c. chris erway: portfolio: computer science
computer science

Here are some highlights from professional and research experiences I've had in computer science, both on- and off-campus.

I also have a CV.

    BlueGene/L System Software
      Since graduation, I have been working at IBM Watson Research on the Blue Gene system software team. We are currently concentrating on BlueGene/L, a high density, massively parallel system-on-a-chip system with a 360-teraflop theoretical peak, for LLNL/ASCI. My work has focused on communications and operating systems issues: creating device drivers for the custom network interconnects; porting Linux for running on BG/L's "I/O nodes"; exploring dual-core modes of operation that best divide communication and computation between the two processors on each node; performing MPI collective operations using collective features built-in to our tree network.

      Hardware arrived for the project in mid-2003, and we've recently watched our work go from simulators to silicon. Now, as we draw closer to the final assembly date (2005), our task of getting 65,536 nodes to scalably communicate has gone from a research question to a pressing performance-determining concern.

    Scalable Parallel I/O for Blue Gene

      Over summer 2001, as part of IBM's Extreme Blue summer internship program, I was a member of a three-person team of interns assigned with the project of developing a parallel I/O system for Blue Gene, a planned petaFLOP-scale supercomputer. The project required us to work with researchers from IBM Watson Research and quickly learn a completely new architecture and operating system paradigm. Our project consisted of development on the "core" -- the cellular, million-processor supercomputer itself, for which I ended up writing some kernel code -- and the "host" -- a thousand-node Linux cluster working as a file server. The work was exclusively done in a POSIX/UNIX development enviroment: emacs, gdb, C/C++, etc.

    Variable Window Methods for Stereo Disparity Determination

      In the spring semester of my sophomore year, I took a graduate-level class, CS664: Machine Vision, a very mathematical class dealing with various problems in machine vision such as image restoration, object recognition, stereo matching, etc. The final assignment of the class was a short piece of original research, which I did in stereo matching (the process of using a "left" and "right" image to find out your distance from objects in your view). The paper describes a technique that draws variable windows around objects rather than less precise rectangles, as most algorithms do. Additional example images are available here.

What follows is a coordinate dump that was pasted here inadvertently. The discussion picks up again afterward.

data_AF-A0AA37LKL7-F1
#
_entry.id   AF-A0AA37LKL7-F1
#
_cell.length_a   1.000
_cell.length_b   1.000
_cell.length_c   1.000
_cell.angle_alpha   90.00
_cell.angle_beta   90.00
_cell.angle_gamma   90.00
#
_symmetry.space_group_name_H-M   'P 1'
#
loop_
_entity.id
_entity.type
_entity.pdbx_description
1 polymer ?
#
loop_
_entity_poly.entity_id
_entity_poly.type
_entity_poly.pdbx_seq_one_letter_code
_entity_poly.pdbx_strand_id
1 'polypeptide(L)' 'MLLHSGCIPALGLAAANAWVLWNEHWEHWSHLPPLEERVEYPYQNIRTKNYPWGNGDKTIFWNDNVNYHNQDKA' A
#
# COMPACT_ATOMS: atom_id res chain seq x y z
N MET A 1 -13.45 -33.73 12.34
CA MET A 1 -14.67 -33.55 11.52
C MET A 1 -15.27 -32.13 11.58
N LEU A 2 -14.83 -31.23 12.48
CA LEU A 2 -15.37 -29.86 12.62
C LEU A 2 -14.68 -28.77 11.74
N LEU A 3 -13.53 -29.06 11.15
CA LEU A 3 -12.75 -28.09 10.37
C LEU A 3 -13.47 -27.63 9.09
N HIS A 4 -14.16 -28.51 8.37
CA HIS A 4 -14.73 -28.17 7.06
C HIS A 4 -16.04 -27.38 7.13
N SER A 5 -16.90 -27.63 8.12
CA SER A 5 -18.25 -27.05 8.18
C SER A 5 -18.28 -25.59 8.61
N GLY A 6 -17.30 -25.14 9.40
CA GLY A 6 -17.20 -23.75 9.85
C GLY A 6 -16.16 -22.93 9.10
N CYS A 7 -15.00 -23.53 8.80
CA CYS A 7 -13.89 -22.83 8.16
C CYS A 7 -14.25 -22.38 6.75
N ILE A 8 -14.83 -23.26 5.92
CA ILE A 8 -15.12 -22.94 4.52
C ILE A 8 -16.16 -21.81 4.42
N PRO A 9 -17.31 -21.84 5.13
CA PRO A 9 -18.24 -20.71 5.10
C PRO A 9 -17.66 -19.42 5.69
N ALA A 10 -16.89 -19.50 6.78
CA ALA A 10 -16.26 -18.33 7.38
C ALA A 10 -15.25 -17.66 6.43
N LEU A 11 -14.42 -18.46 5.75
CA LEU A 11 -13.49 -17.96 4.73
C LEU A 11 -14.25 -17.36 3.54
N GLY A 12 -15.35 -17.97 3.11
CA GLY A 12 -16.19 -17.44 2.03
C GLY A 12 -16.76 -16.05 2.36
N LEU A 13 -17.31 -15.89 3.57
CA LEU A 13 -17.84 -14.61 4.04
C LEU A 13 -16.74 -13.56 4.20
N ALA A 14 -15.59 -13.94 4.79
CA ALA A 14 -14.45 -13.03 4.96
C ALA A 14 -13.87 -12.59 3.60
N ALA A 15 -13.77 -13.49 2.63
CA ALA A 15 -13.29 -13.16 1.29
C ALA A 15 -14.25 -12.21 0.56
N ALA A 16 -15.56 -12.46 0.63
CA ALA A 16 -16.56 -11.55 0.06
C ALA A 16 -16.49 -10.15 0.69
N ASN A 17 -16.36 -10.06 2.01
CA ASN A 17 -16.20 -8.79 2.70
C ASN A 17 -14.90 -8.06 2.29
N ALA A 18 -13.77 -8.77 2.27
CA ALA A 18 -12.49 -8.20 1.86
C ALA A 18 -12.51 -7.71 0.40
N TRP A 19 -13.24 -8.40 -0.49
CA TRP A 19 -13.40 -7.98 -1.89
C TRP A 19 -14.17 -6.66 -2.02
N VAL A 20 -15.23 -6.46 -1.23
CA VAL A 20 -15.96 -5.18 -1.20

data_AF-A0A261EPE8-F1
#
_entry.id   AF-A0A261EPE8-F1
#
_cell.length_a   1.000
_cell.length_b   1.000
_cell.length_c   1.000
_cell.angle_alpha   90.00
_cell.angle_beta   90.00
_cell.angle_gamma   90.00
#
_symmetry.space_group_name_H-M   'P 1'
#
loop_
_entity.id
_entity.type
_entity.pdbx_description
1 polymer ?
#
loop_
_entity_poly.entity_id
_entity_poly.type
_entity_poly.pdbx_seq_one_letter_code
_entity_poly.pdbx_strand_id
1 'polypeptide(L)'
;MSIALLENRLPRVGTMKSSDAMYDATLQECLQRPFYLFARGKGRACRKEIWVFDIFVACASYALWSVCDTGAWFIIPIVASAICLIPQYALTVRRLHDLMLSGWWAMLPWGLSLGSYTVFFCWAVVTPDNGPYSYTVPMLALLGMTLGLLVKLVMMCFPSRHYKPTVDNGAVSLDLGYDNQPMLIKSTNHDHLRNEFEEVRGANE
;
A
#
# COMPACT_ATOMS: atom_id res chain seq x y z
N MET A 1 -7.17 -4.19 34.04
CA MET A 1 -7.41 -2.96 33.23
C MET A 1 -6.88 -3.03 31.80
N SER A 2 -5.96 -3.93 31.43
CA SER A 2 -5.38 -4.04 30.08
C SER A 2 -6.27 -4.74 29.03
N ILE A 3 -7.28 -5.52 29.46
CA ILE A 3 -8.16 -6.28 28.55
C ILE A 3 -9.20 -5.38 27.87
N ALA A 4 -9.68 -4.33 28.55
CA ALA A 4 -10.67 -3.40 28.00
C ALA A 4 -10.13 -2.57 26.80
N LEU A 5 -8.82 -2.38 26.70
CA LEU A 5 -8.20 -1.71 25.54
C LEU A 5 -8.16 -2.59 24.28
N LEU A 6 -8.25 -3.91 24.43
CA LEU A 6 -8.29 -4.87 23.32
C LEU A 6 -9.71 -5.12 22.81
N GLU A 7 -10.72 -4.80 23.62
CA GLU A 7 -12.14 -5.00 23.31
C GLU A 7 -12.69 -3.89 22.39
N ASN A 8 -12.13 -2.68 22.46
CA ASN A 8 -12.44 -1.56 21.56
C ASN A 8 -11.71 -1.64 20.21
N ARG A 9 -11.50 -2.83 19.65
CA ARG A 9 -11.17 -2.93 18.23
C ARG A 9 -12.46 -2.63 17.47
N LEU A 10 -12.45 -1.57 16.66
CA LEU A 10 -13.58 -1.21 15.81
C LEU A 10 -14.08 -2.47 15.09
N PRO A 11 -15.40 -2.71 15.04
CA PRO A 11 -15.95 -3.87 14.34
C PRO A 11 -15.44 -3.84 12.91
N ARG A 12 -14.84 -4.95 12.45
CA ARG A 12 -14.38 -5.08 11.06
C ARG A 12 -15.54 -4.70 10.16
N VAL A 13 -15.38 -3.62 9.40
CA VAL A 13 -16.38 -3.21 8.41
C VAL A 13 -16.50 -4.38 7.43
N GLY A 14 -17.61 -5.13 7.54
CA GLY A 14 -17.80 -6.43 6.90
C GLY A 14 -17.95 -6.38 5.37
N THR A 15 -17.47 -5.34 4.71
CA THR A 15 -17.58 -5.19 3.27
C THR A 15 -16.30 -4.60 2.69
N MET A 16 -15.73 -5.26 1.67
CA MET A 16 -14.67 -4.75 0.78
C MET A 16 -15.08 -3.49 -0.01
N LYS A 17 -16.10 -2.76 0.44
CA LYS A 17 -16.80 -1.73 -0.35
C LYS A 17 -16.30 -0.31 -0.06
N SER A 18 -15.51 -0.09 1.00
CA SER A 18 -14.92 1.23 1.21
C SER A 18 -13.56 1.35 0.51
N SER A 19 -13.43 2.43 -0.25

OnShare File Manager (screenshot available)

      In the spring of 2000, I took a contract job porting now-defunct dot-com startup OnShare LLC's peer-to-peer file-sharing client to Linux. However, their Windows version was completely unportable and I simply started from scratch, implementing the client/server hybrid from scratch. OnShare's system used a custom UDP and TCP protocol to communicate with a central server, but each client also acted as a full HTTP server, to enable users to simply browse and download files directly from other users in P2P fashion. I was the only developer and responsible for the entire project, from design to final binary packaging and delivery. The client went through one beta cycle and "version 1.0" was put on OnShare's website for use by its (by then, dwindling) userbase in May.

    VMware, Inc.

      My first summer internship sent me, fresh from my freshman year, to Palo Alto startup VMware, Inc., then a new company formed by Stanford researchers. VMware's OS virtualization products allow Intel-based machines to run multiple operating systems at the same time (i.e. Windows and Linux). I quickly learned C, UNIX/Linux development (cvs, emacs, gdb, etc) in a matter of days while working on my first project, mucky networking stuff involving reading lots of raw ethernet packets. With each successive project -- modifying Linux kernel modules in VMware's networking code; porting those changes to Windows NT device drives (despite not knowing anything about coding for Windows, either); modifying the ISC's dhcpd server for use with VMware, then porting that to Windows NT again -- I found myself learning in droves, and in an environment filled with experts (Sam down the hall wrote and was in charge of BSD; Ed next door also wrote much of BSD, and identified the original Internet worm's fingerd mechanism).